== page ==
Wednesday, May 17, 2006

Now you don't

Alike to those who for To-day prepare,
And those that after a To-morrow stare,
A Muezzin from the Tower of Darkness cries
"Fools! your reward is neither Here nor There!"


The present is not a minute because half the minute is past and half in the future, not a second for the same reason and not any interval. There is no present. Everything that is is already gone and everything we are is already over. But we sense that this is not the case, and the explanation must be that time doesn't flow, it grows. Our now is only the surface of a growing thing.

Either that or we are just blurring frames in a colossal media player. Or are we the playthings of cruel and mischievous gods?

CCTV record of the attack on the Pentagon

Being tired

As you get older the things you do tire you more. But there are some things you have to do. You have to sleep, get up, eat, drink, and clean yourself. Of course you have to breathe in and out, in, out, in, out...But one day even that will be too tiring. Then all that's left is sleep.

Friday, May 05, 2006

Blather

I heard Gwyneth Lewis say, in a television interview, that the trick of being a poet was knowing when not to write, when to shut up. There are a lot of people around who seem to think they can write a continuous stream of poetry, but these people are not Dantes or Shakespeares; they are modern McGonagles, dressing the banal in florid words. They persist in trying to say ordinary things in an extraordinary way, but isn't poetry just the opposite: extraordinary things said in an ordinary way? Perhaps it's extraordinary things said in an extraordinary way, yes that sounds better. To be prolific to that standard requires something more than pretend genius.

Monday, May 01, 2006

Time is leaking

Time is leaking out of us like blood from the wounded, and with it whatever strength we thought we had. At comically long intervals we remark how time flies. Less of us remains, less and less, till we completely evaporate. The nests we gathered round us will fall to bits and new noises will replace our songs, till everyone who could have remembered our singing is gone as well. And the saddest part of all, we will never get to know what happens to the world, how it all turns out.

Sunday, April 02, 2006

John McGahern

Obituary in the Times

“I must have been extraordinarily happy walking that lane to school. There are many such lanes all around where I live and in certain rare moments over the years while walking in these lanes I have come into an extraordinary sense of security, a deep peace, in which I feel that I can live for ever.” (McGahern about walks to school with his mother)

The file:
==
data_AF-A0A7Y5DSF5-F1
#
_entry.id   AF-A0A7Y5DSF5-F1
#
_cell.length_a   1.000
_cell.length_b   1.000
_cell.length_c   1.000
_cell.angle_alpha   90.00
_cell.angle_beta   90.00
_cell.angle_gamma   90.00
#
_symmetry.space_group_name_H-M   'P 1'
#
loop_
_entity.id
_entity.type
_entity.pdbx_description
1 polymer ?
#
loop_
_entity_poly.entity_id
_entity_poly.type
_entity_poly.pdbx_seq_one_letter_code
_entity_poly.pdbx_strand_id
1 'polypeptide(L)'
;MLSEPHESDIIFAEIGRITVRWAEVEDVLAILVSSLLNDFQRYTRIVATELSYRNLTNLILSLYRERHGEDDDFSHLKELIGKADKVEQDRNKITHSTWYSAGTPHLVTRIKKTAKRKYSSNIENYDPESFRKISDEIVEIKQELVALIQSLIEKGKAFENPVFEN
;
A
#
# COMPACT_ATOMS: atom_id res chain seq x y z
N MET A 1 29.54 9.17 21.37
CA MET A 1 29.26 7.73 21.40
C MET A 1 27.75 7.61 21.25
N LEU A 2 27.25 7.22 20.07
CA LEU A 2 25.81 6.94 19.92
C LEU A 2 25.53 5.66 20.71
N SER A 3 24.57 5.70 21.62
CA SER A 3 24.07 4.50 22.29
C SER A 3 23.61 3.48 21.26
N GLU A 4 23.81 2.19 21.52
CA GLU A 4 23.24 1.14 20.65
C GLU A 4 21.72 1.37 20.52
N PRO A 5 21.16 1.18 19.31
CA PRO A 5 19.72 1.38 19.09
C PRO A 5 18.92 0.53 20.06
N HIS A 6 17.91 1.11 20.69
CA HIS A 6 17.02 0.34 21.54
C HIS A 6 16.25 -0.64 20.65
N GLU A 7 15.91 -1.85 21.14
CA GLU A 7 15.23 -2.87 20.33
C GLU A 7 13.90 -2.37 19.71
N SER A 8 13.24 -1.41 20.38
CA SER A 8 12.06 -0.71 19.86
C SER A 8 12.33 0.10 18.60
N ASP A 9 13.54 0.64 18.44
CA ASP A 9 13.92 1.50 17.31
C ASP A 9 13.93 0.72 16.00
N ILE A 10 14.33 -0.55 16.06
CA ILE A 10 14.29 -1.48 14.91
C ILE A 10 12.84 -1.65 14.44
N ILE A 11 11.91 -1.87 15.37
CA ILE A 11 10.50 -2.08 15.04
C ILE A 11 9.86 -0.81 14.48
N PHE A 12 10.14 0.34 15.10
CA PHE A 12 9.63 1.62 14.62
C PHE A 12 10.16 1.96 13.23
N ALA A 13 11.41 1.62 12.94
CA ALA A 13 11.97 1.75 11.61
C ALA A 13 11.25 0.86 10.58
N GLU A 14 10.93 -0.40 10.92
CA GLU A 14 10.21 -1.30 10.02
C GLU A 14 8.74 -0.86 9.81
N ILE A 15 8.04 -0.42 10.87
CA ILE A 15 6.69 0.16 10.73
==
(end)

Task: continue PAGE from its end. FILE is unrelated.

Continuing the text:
I idolised John McGahern in a way that would surely have horrified him. He was dreadfully shy. I'm not going to tell you what a fan I was over him, thirty very odd years ago -it's too embarrassing. I think I've read nearly everything he wrote, except "Memoir", which I heard him read on Radio 4's Book at Bedtime.

I was lucky enough to see and hear him at the Small Wonder short story festival last September, which I wrote about here. He was amusing and generous with his readings and the question and answer session. He asked the audience what they wanted to hear and they opted for a scene from Memoir, which he retold without appearing to read from the book. It was about an occasion when his father had him by one ear to drag him to a football match, and a priest had him by the other ear insisting that he come to Sunday school, and it was outlandishly funny.

His prose is the most meticulously self-effacing of any writer I've read. Just one little example, he would write "small coloured lights" where a lesser author would write "fairy lights" or "christmas lights". That example is from "That they may face the rising sun" (renamed "By the Lake" for the US). The Times obituary calls it a book "in which nothing happens". Funny, because everything in life and death happens in it, but that's nothing apparently.

Playboy of the Western World

The Westwords Festival has been underway since the beginning of March. I have been participating in a tour of seven venues to promote and celebrate The Monkey's Typewriter winning of Raymond Williams award. (I had a short story in the book.) We've already been to Harrow, Ealing, Willesden (not far) and Heston. The remaining readings are:
  • Weds 5th April: Shepherds Bush Library, 7pm. 7 Uxbridge Road, W12 8LJ
  • Mon 10th April: Marylebone Library, 6pm. 109 Marylebone Road, NW1 5PS
  • Thurs 20th April: Kensington Library, 7pm. Philimore Walk, Kensington

Wednesday, March 08, 2006

Time Out, Carmencita

I read a bit from the above at Gayton Library tonight to a lot of merriment. Siobhan Curham, who was presiding, asked where people could get the complete story. I mentioned that it's going to be published this April in Fish Drink Like Us, an anthology of new fiction. The promotional website takes quite a while to download but you can bypass the flash intro by clicking on "Skip Intro" which takes you to the books. (Scroll down and click on Enter to see the show.) The covers were designed by Stratos. The books and the website are by Pretend Genius.